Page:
If your life shows evidence of transformation by the Holy Spirit, then you have been given God’s guarantee. As with any matter of contract law, it would serve you well to consider what that guarantee is about and how it benefits you.
In the devotional study through Claiming Christ, we crossed a bridge that helped define a very important, but often misunderstood, truth regarding the assurance of salvation for Christians.
Hear the words of God:
“Now it is God who makes both us and you stand firm in Christ. He anointed us, set his seal of ownership on us, and put his Spirit in our hearts as a deposit, guaranteeing what is to come.” (2 Cor 1:21-22)
The Apostle reminds us that we who claim Christ have been given a holy guarantee. It is not something tangible, physical, or transferable—it is the presence of God himself through the Holy Spirit dwelling within a believer. In short, God has claimed us as his own!
As the first sentence in the quote clarifies, this is of God, and not something of our doing. So as to not misinterpret the meaning of “makes…you stand firm”, it would be wise to consider other translations, like the KJV, which use the verb “establishes”, rather than “makes”. In that sense, Paul is telling us that our standing of faith in Jesus is by God’s grace, and not (as some prefer to interpret it) as something God “makes” us do against our will. This clarification is important to consider, because it impacts how we ought to view the meaning of our guarantee.
For some, they believe that this guarantee is an unconditional declaration of irrevocable assurance that they will be saved. It is an attractive idea, but I’d suggest that it doesn’t arise from the context of this verse, let alone from the rest of Scripture.
In this passage, the specific context is a presentation by Paul on the assurance of God’s promises (see v.18-19). In other words, this guarantee is addressing the absolute reliability of what God has prepared for those who love him and are called according to his purposes. It is not a statement about guaranteed entry.
The Bible records many people upon whom the Spirit came and through whom God accomplished his purposes. Some were believers like David and Peter; some were instruments through whom the Spirit worked, who had evidence of the Spirit in them, but who were not called by God to faith—like Balaam, Cyrus, and even the wicked high priest Caiaphas who prophesied of Jesus’ death. The Bible even records names of specific people within the early church who were part of this latter group.
The point here is that evidence of the Spirit within a person—including miraculous powers, speaking in tongues, preaching the word of God, and the like, are not reliable indicators of a guarantee of salvation.
As Jesus made very clear, not everyone who calls him Lord of their life, and who claims to have done amazing miracles through the power of the Holy Spirit, will enter the Kingdom (see Mt 7:21).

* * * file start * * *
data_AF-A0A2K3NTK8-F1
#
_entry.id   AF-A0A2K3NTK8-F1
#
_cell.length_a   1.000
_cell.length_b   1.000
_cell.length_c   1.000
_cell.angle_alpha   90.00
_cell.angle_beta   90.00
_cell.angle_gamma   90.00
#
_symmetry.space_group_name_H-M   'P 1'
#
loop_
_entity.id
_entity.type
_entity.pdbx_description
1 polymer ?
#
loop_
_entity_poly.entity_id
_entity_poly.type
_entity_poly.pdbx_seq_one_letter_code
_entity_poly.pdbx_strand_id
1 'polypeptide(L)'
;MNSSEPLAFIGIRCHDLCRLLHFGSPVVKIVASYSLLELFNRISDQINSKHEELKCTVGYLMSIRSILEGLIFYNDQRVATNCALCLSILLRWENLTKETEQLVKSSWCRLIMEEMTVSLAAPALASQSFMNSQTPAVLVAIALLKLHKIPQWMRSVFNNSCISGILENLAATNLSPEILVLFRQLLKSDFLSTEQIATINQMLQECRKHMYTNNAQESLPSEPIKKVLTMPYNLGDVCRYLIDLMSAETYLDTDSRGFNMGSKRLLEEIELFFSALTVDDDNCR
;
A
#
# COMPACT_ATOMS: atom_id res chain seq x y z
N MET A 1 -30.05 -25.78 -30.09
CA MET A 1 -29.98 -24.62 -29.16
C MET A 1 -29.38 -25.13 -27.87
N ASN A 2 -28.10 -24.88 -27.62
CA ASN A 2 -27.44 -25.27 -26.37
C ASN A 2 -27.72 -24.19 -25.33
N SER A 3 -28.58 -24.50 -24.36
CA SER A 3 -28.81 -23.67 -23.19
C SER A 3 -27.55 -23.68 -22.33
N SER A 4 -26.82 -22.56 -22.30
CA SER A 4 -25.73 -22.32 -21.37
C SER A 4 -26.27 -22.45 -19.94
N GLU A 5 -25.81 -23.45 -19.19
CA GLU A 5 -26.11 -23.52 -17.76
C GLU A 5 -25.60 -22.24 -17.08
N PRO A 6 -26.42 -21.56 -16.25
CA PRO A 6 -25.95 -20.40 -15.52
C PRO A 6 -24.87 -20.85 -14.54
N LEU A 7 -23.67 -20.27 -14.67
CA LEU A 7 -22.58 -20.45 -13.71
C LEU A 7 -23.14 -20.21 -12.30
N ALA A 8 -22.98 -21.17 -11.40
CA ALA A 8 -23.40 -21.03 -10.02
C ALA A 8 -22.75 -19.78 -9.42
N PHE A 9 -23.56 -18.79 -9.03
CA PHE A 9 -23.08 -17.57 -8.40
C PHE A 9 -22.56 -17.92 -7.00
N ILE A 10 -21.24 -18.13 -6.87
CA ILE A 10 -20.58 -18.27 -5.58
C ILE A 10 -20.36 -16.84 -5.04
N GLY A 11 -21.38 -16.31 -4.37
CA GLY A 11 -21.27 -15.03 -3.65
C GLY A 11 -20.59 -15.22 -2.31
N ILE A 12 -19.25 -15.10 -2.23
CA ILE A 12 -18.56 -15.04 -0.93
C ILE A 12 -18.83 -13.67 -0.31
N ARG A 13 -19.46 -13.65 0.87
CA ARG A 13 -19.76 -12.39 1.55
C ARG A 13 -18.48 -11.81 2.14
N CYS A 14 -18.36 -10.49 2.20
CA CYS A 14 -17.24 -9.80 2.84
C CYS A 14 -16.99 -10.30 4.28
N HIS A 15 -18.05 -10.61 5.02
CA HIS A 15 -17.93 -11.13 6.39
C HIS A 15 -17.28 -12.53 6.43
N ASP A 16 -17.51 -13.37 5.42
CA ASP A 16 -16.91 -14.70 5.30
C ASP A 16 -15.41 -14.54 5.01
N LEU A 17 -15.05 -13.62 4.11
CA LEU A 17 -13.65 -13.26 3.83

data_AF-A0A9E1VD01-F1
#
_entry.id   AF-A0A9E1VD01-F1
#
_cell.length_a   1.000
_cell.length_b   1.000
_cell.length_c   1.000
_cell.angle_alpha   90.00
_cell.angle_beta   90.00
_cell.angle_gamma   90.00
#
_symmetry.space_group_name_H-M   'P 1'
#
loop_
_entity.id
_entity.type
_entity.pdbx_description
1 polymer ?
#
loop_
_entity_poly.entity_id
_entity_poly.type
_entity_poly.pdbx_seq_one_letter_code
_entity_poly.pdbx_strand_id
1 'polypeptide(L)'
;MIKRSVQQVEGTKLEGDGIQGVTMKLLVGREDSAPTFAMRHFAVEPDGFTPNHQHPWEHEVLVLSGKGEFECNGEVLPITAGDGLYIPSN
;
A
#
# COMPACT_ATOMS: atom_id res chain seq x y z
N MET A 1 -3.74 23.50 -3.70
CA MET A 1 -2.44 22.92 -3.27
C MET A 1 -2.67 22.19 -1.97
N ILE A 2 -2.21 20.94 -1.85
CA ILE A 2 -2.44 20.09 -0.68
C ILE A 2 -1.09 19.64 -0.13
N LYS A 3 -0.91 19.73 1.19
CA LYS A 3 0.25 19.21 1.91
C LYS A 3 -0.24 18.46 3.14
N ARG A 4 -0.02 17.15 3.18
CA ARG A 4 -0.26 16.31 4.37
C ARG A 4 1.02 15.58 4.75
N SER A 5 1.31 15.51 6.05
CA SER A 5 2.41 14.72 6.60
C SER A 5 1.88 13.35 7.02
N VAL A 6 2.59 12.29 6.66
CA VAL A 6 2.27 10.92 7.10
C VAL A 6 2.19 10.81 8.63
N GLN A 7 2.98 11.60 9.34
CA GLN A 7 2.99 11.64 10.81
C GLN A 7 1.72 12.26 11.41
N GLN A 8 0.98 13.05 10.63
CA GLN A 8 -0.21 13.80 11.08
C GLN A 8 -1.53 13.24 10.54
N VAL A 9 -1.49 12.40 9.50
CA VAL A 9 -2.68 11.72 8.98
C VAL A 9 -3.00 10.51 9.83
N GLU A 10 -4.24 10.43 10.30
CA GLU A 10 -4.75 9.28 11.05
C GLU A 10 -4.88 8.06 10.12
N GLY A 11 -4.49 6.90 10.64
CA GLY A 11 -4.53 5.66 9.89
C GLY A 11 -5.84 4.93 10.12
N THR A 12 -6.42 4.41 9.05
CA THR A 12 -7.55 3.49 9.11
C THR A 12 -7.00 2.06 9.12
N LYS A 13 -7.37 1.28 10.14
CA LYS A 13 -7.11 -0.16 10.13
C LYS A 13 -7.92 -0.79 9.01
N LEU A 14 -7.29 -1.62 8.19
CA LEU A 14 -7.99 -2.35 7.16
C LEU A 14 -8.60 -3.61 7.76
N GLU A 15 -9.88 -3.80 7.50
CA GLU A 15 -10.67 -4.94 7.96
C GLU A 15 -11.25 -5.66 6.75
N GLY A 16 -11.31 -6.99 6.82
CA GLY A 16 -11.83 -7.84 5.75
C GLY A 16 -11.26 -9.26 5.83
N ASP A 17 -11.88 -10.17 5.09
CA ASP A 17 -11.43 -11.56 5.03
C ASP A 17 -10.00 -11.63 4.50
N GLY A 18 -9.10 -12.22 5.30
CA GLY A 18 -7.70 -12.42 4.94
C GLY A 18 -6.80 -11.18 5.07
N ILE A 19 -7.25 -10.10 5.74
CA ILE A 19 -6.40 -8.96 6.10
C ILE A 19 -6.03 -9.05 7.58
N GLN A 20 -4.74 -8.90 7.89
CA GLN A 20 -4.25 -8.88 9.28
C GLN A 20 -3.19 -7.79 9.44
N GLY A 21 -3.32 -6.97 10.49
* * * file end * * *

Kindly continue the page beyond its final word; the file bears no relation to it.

Even Paul admits to this possibility in himself when he stated that in his pursuit of the eternal crown, he doesn’t run aimlessly, but brings his body and desires into stringent subjection so that after he has finished preaching to others, “I myself will not be disqualified for the prize.”
Since Paul is the one who records this guarantee, perhaps we ought to take his own views in consideration on what it means.
So if it is possible to claim Christ as Lord and not be saved, to have evidence of the Spirit working within and not be saved, to preach to others (like Paul was doing) and become disqualified for that prize of the “crown that will last forever”, then what does this guarantee imbedded in our hearts by the Holy Spirit, guarantee?
We have already noted that the guarantee is about the reliability of the promise and not about the assurance of our acceptance, but it is true that the promise has been given to each born-again believer. Without rewriting the detail already recorded in Claiming Christ, I will shorten the answer with an analogy:
The Spirit within guarantees salvation much like a ticket guarantees entrance into the concert stadium. You may even have reserved seating. Once you have that ticket, you have a guarantee from the coordinator that you are assured a place for the big event.
In this sense, Jesus cautions us:
“Hold on to what you have, so that no one will take your crown”. (Rev 3:11)
Ticket holders have a guarantee of what is to come, but their attendance is not guaranteed. They can still choose to do something else instead. They can give their ticket away or lose it or even destroy it in the washing machine by carelessly leaving it in their pocket. They can even decide that they are no longer interested in that concert.
They must hang on to what they have. That is why the Bible so often says, those who endure, the same shall be saved.
The commentator, Adam Clark, put it like this: “We may learn from this that eternal life will be given in the great day to all who can produce the ‘pledge.’”
What are you doing to hang on to your guarantee?